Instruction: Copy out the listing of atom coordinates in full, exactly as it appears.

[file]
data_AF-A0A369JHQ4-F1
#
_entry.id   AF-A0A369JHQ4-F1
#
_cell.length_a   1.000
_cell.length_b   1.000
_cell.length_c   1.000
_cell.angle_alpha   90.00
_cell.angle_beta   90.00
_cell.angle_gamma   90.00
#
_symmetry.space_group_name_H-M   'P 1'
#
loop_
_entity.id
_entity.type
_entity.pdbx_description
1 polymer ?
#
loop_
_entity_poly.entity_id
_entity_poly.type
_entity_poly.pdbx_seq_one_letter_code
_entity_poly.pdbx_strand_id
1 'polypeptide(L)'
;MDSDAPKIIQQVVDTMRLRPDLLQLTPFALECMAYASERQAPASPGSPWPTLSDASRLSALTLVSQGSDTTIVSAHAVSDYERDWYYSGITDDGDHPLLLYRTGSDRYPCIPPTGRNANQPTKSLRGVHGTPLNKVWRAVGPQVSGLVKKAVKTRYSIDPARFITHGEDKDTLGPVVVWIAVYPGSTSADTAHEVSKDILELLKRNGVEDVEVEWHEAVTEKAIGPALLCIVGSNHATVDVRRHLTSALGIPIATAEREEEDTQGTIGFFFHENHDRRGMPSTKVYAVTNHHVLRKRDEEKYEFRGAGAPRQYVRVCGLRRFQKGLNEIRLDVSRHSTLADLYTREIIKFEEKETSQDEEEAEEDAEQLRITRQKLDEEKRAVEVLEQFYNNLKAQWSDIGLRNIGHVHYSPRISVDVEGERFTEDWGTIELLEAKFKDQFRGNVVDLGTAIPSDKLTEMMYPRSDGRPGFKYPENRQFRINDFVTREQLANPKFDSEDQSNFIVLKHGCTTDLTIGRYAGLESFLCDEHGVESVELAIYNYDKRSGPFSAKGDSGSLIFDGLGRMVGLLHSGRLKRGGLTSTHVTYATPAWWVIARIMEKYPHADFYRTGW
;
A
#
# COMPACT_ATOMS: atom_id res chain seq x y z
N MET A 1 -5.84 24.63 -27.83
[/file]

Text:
data_AF-A0A369JHQ4-F1
#
_entry.id   AF-A0A369JHQ4-F1
#
_cell.length_a   1.000
_cell.length_b   1.000
_cell.length_c   1.000
_cell.angle_alpha   90.00
_cell.angle_beta   90.00
_cell.angle_gamma   90.00
#
_symmetry.space_group_name_H-M   'P 1'
#
loop_
_entity.id
_entity.type
_entity.pdbx_description
1 polymer ?
#
loop_
_entity_poly.entity_id
_entity_poly.type
_entity_poly.pdbx_seq_one_letter_code
_entity_poly.pdbx_strand_id
1 'polypeptide(L)'
;MDSDAPKIIQQVVDTMRLRPDLLQLTPFALECMAYASERQAPASPGSPWPTLSDASRLSALTLVSQGSDTTIVSAHAVSDYERDWYYSGITDDGDHPLLLYRTGSDRYPCIPPTGRNANQPTKSLRGVHGTPLNKVWRAVGPQVSGLVKKAVKTRYSIDPARFITHGEDKDTLGPVVVWIAVYPGSTSADTAHEVSKDILELLKRNGVEDVEVEWHEAVTEKAIGPALLCIVGSNHATVDVRRHLTSALGIPIATAEREEEDTQGTIGFFFHENHDRRGMPSTKVYAVTNHHVLRKRDEEKYEFRGAGAPRQYVRVCGLRRFQKGLNEIRLDVSRHSTLADLYTREIIKFEEKETSQDEEEAEEDAEQLRITRQKLDEEKRAVEVLEQFYNNLKAQWSDIGLRNIGHVHYSPRISVDVEGERFTEDWGTIELLEAKFKDQFRGNVVDLGTAIPSDKLTEMMYPRSDGRPGFKYPENRQFRINDFVTREQLANPKFDSEDQSNFIVLKHGCTTDLTIGRYAGLESFLCDEHGVESVELAIYNYDKRSGPFSAKGDSGSLIFDGLGRMVGLLHSGRLKRGGLTSTHVTYATPAWWVIARIMEKYPHADFYRTGW
;
A
#
# COMPACT_ATOMS: atom_id res chain seq x y z
N MET A 1 -5.84 24.63 -27.83